Radio and television have been cited as collective goods since servicing another viewer allegedly involves no additional cost. But additional service is far from costless, and viewers are separable and excludable; therefore radio and TV fail both tests of a collective good. An increased viewing audience means supplying more, and more varied, programs. And new users must either be supplied with a stronger signal or may require cable or stronger antennas because of the increased congestion. Moreover, consumers are excluded now from television. To watch television programs they must buy sets and then must either pay as they go (various forms of pay TV) or else advertisers must pay, imposing on many viewers the psychic costs of commercials. And public television imposes on its viewers the psychic costs of being subjected to lengthy requests for donations. 
Moreover, in a sense the collective goods case for radio and television proves too much. For movies may also be said to be “costless” if additional viewers fill empty seats in a theater. Must movies, too, be nationalized, be supplied only by government, and perhaps be free to all?
Research has also been termed a “collective good”; don’t we all enjoy the benefits of the research and inventions of Edison, Faraday, et al., without paying for them? But of course we do pay for the fruits of research, and we pay separably. For we must purchase the papers or books of researchers, or pay fees for lectures, demonstrations, or consulting. Those who do not pay such fees are excluded from learning of or absorbing these new ideas. And, of course, the holders of patents and copyrights are able to obtain the income from these inventions or discoveries while excluding other producers.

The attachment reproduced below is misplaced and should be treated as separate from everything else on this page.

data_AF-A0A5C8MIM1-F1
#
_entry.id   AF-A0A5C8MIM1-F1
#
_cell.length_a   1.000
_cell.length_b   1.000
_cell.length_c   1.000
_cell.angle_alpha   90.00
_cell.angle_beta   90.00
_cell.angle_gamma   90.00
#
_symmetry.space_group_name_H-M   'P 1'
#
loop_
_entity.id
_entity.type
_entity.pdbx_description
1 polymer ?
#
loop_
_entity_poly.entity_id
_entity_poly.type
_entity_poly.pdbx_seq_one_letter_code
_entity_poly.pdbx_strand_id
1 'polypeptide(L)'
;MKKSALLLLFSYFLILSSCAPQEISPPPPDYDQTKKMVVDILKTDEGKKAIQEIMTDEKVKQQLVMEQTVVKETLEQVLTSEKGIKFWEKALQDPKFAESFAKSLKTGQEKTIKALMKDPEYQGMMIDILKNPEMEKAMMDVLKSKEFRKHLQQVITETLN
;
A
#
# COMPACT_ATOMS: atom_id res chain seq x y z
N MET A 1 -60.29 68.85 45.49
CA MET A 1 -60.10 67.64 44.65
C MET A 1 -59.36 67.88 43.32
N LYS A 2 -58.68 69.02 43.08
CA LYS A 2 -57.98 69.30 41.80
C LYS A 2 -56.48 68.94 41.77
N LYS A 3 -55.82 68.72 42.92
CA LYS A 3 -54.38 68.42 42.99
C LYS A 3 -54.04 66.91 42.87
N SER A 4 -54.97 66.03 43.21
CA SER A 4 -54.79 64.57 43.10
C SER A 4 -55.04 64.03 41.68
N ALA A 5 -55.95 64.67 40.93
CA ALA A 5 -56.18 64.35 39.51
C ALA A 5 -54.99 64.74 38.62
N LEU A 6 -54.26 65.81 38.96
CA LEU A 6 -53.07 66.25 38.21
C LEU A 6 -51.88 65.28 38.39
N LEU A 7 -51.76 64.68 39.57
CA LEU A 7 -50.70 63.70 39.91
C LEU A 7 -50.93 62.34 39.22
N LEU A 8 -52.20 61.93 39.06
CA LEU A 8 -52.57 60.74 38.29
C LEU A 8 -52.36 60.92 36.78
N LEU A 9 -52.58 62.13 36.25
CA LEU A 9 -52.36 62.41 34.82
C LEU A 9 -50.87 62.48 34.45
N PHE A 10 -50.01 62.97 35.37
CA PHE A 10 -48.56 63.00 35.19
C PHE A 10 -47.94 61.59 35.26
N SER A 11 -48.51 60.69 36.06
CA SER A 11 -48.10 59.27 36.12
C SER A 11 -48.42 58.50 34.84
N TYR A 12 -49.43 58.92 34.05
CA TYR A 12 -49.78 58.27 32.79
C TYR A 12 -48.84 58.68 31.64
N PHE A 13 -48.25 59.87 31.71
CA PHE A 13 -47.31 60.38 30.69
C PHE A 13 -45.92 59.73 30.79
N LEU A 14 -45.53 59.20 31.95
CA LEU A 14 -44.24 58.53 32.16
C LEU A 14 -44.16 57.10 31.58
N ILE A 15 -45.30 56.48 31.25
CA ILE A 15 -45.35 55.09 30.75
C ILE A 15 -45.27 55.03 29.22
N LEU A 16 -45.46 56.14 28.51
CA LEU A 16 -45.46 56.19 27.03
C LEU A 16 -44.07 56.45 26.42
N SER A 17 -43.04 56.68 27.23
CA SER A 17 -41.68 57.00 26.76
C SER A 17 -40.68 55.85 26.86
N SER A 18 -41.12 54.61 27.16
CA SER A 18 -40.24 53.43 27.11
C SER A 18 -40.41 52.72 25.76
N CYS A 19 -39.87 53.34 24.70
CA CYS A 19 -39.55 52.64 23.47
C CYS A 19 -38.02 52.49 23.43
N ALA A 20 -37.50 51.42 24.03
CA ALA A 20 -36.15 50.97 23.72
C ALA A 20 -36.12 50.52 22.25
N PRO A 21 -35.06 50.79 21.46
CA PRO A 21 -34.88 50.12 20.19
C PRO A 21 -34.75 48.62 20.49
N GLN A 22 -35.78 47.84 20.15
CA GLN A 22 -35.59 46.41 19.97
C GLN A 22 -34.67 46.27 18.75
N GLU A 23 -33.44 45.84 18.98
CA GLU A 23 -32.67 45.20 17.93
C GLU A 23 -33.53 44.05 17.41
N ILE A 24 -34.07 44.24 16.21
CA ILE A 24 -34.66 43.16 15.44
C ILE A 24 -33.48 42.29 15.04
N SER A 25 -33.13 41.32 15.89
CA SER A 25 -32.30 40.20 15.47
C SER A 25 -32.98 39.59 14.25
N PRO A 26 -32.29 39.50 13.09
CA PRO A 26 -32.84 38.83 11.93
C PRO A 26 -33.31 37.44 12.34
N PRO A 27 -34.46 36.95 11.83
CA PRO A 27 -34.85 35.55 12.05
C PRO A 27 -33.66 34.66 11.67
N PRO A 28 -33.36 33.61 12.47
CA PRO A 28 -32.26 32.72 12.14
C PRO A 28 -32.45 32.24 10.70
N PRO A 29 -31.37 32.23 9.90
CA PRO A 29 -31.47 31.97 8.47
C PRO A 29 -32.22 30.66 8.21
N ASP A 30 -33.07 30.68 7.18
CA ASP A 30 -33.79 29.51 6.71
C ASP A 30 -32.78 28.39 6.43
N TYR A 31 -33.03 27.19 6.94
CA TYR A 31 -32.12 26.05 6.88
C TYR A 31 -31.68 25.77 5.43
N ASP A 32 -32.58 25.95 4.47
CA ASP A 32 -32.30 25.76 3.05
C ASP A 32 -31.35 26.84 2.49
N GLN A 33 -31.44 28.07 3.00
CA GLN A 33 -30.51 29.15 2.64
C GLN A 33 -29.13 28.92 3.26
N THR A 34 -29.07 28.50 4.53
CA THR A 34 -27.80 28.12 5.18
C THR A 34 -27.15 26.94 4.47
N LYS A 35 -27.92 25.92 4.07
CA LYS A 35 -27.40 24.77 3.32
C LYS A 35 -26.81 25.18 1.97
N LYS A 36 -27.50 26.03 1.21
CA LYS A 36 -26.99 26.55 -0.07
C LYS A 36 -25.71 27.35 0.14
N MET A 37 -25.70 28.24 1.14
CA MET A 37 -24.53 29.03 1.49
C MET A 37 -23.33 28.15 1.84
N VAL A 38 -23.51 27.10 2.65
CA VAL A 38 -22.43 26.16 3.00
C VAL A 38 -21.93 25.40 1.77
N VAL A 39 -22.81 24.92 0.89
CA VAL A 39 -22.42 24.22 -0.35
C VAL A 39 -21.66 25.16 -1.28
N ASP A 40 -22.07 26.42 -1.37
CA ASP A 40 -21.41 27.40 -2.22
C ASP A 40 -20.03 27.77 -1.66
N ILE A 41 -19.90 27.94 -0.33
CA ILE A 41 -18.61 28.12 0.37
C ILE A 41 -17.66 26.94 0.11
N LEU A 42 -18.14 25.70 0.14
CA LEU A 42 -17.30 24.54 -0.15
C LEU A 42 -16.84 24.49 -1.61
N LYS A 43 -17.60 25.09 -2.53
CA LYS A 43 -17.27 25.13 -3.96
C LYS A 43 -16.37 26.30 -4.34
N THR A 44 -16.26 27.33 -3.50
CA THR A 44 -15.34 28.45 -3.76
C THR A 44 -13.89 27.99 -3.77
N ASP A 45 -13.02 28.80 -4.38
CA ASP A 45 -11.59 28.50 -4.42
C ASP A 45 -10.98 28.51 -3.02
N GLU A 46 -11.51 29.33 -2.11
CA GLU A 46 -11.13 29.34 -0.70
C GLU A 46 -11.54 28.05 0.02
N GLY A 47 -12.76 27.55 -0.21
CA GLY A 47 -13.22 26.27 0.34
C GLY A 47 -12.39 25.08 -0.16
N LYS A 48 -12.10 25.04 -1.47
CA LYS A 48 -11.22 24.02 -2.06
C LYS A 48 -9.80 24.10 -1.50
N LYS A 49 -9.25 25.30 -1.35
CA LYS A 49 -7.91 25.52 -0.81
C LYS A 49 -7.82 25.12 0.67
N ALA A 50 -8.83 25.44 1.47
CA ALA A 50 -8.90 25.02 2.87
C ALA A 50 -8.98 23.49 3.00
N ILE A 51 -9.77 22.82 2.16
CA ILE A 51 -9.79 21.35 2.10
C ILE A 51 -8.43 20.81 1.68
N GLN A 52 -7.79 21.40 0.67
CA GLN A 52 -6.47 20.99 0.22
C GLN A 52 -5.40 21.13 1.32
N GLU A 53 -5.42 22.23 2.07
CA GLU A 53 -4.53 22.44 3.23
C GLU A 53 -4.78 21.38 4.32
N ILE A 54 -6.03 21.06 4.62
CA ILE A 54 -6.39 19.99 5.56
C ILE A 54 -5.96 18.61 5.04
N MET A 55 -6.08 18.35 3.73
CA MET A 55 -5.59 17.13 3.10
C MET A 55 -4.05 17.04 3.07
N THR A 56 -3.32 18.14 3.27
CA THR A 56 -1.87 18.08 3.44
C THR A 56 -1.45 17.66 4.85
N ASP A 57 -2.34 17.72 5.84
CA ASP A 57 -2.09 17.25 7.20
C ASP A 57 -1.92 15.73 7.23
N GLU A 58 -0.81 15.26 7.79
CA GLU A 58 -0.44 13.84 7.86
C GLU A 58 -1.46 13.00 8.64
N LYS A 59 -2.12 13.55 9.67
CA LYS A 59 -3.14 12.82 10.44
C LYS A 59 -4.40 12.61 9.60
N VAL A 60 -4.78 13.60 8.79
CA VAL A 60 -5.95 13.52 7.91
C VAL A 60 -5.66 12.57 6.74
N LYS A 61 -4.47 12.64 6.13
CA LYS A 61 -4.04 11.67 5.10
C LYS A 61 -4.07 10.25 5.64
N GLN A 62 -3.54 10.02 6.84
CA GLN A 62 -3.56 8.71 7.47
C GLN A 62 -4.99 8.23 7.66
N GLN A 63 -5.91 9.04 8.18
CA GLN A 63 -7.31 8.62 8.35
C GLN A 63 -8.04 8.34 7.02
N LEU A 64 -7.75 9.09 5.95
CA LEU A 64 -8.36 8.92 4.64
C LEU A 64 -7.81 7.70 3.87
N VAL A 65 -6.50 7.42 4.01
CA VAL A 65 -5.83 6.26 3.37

Again, this argument proves too much. For not only patents and inventions are produced by creators: There is also art, sculpture, music, literature, philosophy. Are we to say that all these products of the human spirit are “collective goods” because we cannot be fully excluded from enjoying the products of Beethoven, Shakespeare, or Vermeer? Must all artists therefore be nationalized?
Another commonly cited example of a collective good is insect control by airplane spraying. It is alleged to be impossible to exclude land underneath from being sprayed, and the marginal cost of adding more land sprayed is zero. But if new residents live in previously uninhabited areas, then extra cost is incurred in servicing them, and the same is true if they are engaged in activities that attract insects. More airplane time and fuel must be used as well as more spray. Furthermore, the airplane could often, if it wished, exclude specific parcels of land from its spray. And more important, many of those receiving this “service” have not wanted it and have objected to the spraying as vigorously as the pacifist has protested the use of violence in defense. Indeed, a shift in public attitudes toward chemical sprays has greatly reduced their use in recent years. But if some people consider a service such as a spray as “bad,” how can it be an indivisible, positive collective good?